(Editor’s Note: The following is a very powerful testimony as to what is actually going on at Woodbury Lutheran Church and its offspring, The Alley. We have have devoted a lot verbiage to this issue in the last week but nothing has been as insightful as the following that we pulled off the comment section of our last post on The Alley. President Kieschnick – we know you read this website – I hope you read this. The things described below are going on under your watch and apparently this is just more of the LCMS moving away from our grandfather’s church as you desire. On another matter, I think Kyle is going to turn out all right. Ironically, one of the most generous financial supporters of BJS is a physics graduate from the bay area – you will know what that means when you read the post script at the end of the comment.)
A Comment from Kyle K. (for all the original post and the other comments click here; Kyle K.’s comment is #25.)
I have not had the time to read every single comment that has been made regarding the Alley. So much of what I have to say is probably superfluous…but it may be of interest to some.
You see, unlike Pastor Messer, whose comments have been spot on, I HAVE talked with Pastor Ben personally. In fact, I was a member of Woodbury Lutheran Church (WLC) for 10 years. I was there in my formative years (I’m 26 now), when Pastor Paul Pfotenhauer retired and Pastor Dean Nadasdy replaced him. I was there when Pastor Ben Griffin was called and before the Alley came into existence.
As long as I can remember, WLC has always been about making you “feel” close to God. Sure, they want you to grow in your faith, just as honestly as any confessional Lutheran church would…but how that happens from a WLC stance is decidedly different than simply being nourished by Word and Sacrament.
The WLC “worship style” was always one of praise music, where the music director prayed ex corde as he played twinkly music; we were encouraged to lift up our hands to glorify God as we sang these songs; Lenten services always included a “testimony” from a member of the congregation about what God has done in their lives. In 4th grade, I was taught in Sunday School that if I had never asked Jesus into my heart, then I was not saved.
Each of these points above can be explored in some detail–we don’t need to talk about them here. All this to say, “experience” was the name of the game. I despaired not being able to find a special place in my life where God had turned my life around–that is, I had no testimony. I despaired because I was told I should “feel” a peace at knowing that I had been born again–but I felt no peace. I was grumpy on a Sunday morning and didn’t feel like lifting up my hands in praise–was I not saved?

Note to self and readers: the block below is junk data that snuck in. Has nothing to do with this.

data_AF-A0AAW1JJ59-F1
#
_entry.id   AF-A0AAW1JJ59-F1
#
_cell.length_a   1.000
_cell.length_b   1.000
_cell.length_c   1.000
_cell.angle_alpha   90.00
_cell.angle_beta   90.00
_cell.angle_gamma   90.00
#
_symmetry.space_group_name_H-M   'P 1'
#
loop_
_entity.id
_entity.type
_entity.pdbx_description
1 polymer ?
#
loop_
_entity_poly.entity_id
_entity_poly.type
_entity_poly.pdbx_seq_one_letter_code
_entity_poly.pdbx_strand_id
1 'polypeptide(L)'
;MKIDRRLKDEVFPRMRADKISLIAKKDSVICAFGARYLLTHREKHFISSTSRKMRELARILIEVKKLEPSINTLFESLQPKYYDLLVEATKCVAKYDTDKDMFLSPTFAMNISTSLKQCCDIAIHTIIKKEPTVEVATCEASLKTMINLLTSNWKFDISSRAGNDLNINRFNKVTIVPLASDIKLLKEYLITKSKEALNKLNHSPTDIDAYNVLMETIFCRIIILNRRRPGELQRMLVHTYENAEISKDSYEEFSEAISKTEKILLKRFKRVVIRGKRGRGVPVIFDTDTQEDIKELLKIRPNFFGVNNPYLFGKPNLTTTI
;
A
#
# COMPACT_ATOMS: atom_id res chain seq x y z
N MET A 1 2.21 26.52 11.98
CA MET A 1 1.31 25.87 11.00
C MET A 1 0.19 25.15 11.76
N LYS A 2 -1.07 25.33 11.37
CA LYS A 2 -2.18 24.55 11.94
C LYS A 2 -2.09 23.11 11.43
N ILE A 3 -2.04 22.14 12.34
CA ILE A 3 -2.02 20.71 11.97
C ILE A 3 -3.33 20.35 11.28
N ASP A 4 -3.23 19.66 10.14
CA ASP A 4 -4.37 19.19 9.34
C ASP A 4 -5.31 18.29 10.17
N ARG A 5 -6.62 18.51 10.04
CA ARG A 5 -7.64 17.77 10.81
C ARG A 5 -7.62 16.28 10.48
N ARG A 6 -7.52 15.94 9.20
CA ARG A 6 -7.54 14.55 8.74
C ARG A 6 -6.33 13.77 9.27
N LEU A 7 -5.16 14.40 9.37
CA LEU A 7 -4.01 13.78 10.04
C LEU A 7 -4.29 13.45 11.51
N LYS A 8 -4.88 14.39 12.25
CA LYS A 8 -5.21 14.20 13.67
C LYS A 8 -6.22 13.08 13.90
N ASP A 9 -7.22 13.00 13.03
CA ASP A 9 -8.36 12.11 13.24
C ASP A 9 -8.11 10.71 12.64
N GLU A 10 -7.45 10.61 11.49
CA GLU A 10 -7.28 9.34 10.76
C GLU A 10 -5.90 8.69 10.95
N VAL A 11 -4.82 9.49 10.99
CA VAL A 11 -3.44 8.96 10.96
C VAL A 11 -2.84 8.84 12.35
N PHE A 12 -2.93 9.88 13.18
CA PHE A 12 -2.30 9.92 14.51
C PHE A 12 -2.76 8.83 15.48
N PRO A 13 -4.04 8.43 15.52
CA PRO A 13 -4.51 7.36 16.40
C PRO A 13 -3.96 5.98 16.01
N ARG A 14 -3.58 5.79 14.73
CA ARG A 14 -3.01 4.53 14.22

Between my junior and senior years of college, I had to choose between several career routes–was I going to the seminary, or was I going to do something else? I talked with Pastor Ben to discuss these options. And although I can’t remember exactly what we had discussed, I remember him being very thoughtful and very encouraging (sad to say, I can’t remember what about, though). Upon leaving his office, I was given a book called “The Emerging Church” by Dan Kimball, which he thought was wonderful.
I didn’t mean to get personal here about the pastor; I have no intention of impugning his character. But to Mr. Boatman: Yes, I have talked with Pastor Ben. But that’s not the point. What more is there than Christ and Him crucified? I go to church not to get others saved, but to be served by our Lord and Savior Himself. As for saving others, may we boldly confess Christ in our vocations at work, at home, and everywhere else, and then let’s rely on God’s Word to do the work (Isaiah 55 all the way).
I’m now in a wonderfully confessional church in Cupertino, CA, [in the Bay area] blessed with pastors who hold steadfastly to the Word and acknowledge our Lutheran Confessions as a true exposition of the Word of God. I’m, of course, still learning what it means to be a Lutheran–but now I don’t “feel” peace, I KNOW peace because I can point to something outside of myself as my salvation.
My testimony now? Christ died for my sins. That’s all I need.
I am baptized,
P.S. I chose particle physics instead of the seminary.